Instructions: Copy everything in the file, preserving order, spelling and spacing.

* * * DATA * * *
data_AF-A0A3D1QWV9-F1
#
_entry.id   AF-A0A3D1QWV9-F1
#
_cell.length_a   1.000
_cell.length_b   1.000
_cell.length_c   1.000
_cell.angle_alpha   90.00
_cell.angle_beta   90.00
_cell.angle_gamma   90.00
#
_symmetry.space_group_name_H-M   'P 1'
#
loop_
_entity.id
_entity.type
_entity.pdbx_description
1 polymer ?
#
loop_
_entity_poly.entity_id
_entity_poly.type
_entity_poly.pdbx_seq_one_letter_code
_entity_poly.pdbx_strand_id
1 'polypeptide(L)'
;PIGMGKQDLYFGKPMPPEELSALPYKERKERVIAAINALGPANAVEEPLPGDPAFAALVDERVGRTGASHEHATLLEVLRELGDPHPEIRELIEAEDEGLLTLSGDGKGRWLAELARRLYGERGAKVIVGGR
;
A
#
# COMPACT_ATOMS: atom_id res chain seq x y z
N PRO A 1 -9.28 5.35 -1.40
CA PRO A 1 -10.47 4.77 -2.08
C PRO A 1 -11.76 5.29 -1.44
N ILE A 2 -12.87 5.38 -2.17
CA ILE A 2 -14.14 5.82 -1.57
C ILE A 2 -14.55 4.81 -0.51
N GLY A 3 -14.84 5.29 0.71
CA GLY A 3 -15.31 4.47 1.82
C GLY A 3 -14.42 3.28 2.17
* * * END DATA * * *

data_AF-A0A3D1QWV9-F1
#
_entry.id   AF-A0A3D1QWV9-F1
#
_cell.length_a   1.000
_cell.length_b   1.000
_cell.length_c   1.000
_cell.angle_alpha   90.00
_cell.angle_beta   90.00
_cell.angle_gamma   90.00
#
_symmetry.space_group_name_H-M   'P 1'
#
loop_
_entity.id
_entity.type
_entity.pdbx_description
1 polymer ?
#
loop_
_entity_poly.entity_id
_entity_poly.type
_entity_poly.pdbx_seq_one_letter_code
_entity_poly.pdbx_strand_id
1 'polypeptide(L)'
;PIGMGKQDLYFGKPMPPEELSALPYKERKERVIAAINALGPANAVEEPLPGDPAFAALVDERVGRTGASHEHATLLEVLRELGDPHPEIRELIEAEDEGLLTLSGDGKGRWLAELARRLYGERGAKVIVGGR
;
A
#
# COMPACT_ATOMS: atom_id res chain seq x y z
N PRO A 1 -9.28 5.35 -1.40
CA PRO A 1 -10.47 4.77 -2.08
C PRO A 1 -11.76 5.29 -1.44
N ILE A 2 -12.87 5.38 -2.17
CA ILE A 2 -14.14 5.82 -1.57
C ILE A 2 -14.55 4.81 -0.51
N GLY A 3 -14.84 5.29 0.71
CA GLY A 3 -15.31 4.47 1.82
C GLY A 3 -14.42 3.28 2.17